Can you trust machines to make decisions on your behalf? You’re doing it already, when you trust the results of a search engine or follow directions on your phone or read news on social media that confirms your worldview. It’s so natural that you forget it’s artificial; someone programmed a machine to make it happen. If Arthur C. Clarke is right (“any sufficiently advanced technology is indistinguishable from magic”), we’re living in the age of magical thinking.
I’m giving a talk on the University of Calgary campus (in SS 1015) on Friday December 2, 2016 at 3:15pm.
Unnatural Language and Natural Thinking: Shakespeare and His Contemporaries
Critics of computational text-analysis tend to perceive its focus on language patterns as a flattening of qualitative texts into quantifiable patterns. They’re right. But a text’s linguistic operating-system deserves close scrutiny when it reveals features of the text that a human reader can’t perceive, or when it flags evidence beyond our capacity to gather. The Augmented Criticism Lab has developed algorithms to detect features of repetition and variation in the works of Shakespeare and his contemporaries (starting with drama, namely the Folger’s Digital Anthology). We’ve begun with features like rhetorical figures that repeat lemmas (heed, heedful, heeding) or morphemes (heeding, wringing, vexing). We use natural-language processing to gather evidence of these unnatural formulations, to ask whether they signal natural habits of thought. The interpretive payoff is our ability to make more definitive arguments not just about these figures, but also about underlying cognitive habits.
This paper describes our process and our corpus, and presents a range of our results with this initial corpus before we expand to the billion words in the EEBO-TCP corpus (1473-1700).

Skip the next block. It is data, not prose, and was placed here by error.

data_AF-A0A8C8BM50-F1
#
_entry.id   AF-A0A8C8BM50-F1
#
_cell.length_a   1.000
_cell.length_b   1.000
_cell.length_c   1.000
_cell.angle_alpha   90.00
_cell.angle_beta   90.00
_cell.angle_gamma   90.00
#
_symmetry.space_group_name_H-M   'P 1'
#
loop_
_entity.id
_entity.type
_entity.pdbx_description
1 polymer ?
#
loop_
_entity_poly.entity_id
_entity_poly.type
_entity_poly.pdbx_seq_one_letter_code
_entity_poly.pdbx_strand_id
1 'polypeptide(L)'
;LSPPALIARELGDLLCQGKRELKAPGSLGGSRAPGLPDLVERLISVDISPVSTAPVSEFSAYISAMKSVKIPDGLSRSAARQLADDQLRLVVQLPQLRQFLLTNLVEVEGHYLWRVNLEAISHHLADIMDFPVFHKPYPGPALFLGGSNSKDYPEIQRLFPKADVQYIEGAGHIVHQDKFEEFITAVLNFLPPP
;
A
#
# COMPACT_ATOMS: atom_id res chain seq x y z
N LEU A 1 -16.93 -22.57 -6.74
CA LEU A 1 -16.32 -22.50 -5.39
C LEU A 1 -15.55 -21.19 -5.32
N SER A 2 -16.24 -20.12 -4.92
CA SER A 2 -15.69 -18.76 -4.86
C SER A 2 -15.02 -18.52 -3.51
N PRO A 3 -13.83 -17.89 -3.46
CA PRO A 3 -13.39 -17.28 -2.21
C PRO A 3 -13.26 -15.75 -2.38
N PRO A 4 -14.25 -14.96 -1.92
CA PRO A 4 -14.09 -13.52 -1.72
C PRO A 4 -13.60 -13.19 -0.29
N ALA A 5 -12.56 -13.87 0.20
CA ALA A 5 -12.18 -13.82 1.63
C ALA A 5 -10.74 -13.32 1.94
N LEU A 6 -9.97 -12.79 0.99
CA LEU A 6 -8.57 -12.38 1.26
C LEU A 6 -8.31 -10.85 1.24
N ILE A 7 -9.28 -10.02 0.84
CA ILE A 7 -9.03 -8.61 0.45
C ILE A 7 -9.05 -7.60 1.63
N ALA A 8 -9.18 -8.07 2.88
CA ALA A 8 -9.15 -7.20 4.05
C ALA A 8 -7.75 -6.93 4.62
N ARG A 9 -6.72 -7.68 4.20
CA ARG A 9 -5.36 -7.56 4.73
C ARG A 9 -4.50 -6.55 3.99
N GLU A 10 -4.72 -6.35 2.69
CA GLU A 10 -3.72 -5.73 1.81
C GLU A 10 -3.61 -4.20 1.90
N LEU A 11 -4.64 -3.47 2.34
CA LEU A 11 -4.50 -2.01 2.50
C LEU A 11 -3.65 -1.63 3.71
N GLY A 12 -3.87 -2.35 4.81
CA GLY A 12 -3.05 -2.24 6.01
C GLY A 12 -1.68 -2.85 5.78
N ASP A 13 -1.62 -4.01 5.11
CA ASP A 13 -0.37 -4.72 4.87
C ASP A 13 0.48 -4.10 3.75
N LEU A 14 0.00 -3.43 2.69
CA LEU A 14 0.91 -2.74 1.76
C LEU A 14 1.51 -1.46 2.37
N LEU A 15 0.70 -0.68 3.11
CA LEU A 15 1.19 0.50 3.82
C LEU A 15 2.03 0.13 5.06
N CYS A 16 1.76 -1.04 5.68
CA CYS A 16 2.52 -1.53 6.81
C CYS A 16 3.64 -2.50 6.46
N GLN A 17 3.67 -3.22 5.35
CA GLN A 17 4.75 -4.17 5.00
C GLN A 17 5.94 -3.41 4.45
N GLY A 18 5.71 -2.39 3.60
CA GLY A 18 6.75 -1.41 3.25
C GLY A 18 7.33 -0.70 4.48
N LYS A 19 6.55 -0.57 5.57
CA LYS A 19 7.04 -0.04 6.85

For more information about the Augmented Criticism Lab, visit < acriticismlab.org >.
Are you interested in doing graduate work in the digital humanities at the University of Calgary? Or just want to learn more about what we’re doing in this field?
Drop me a line. I’m accepting graduate students (MA and PhD) for Fall 2017.
Faculty here at the University of Calgary are topic-modelling sci-fi archives and using computers to analyze Shakespeare’s language patterns. In the Department of English we digitize, deform, and interpret texts, to develop new methods of digital philology; and we work with computer scientists to quantify, process, and visualize texts to uncover social, cultural, political, and historical trends.
If shaping the future of the humanities appeals to you, consider applying to the Department of English to do your graduate work in this field. The application deadline is December 10, 2016 for admission in Fall 2016.
- Here’s some info about who I am, and the kind of research I do — including the Augmented Criticism Lab.
- Here’s a recent talk I gave on the state of Digital Humanities at the University of Calgary, featuring the research and teaching of many colleagues in the Faculty of Arts (scroll to the 4th slide), and our collaborations with the library and the Department of Computer Science.
- See here for detailed information about the Department of English graduate program.
Contact me for details, or to ask questions:
This is a brief post, to highlight the work of my students this past term in a directed-study course in the digital humanities. Aaron Ellsworth and Will Best have each undertaken research projects, and have published a series of blog posts on their processes and their results. (Click on each name for each series.)
Do you get the feeling that your computer could be doing more work for you, instead of making you do more work? Are you curious about how the Digital Humanities can support your research, teaching, and dissemination?
The Digital Humanities (DH) Summer Insitute @ Congress 2016 is a series of 2.5-hour workshops for scholars, staff, and students interested in a hands-on introduction to DH tools, techniques and methods:
In April 2016, Stephen Childs (OIA) and Michael Ullyot (Faculty of Arts) are launching an interest group for anyone at the University of Calgary interested in computational text-analysis. These include natural language processing, corpus linguistics, topic modelling, qualitative analysis, or any other statistical or quantitative approach to qualitative texts. We envision a group meeting once or twice per term to discuss individual projects/methods and to collaborate on projects of joint interest.
Calgary (Canada), May 29-June 1, 2016
[Cross-posted from the CSDH/SCHN website.]
We encourage submissions on all topics relating to both theory and practice in the evolving field of the digital humanities.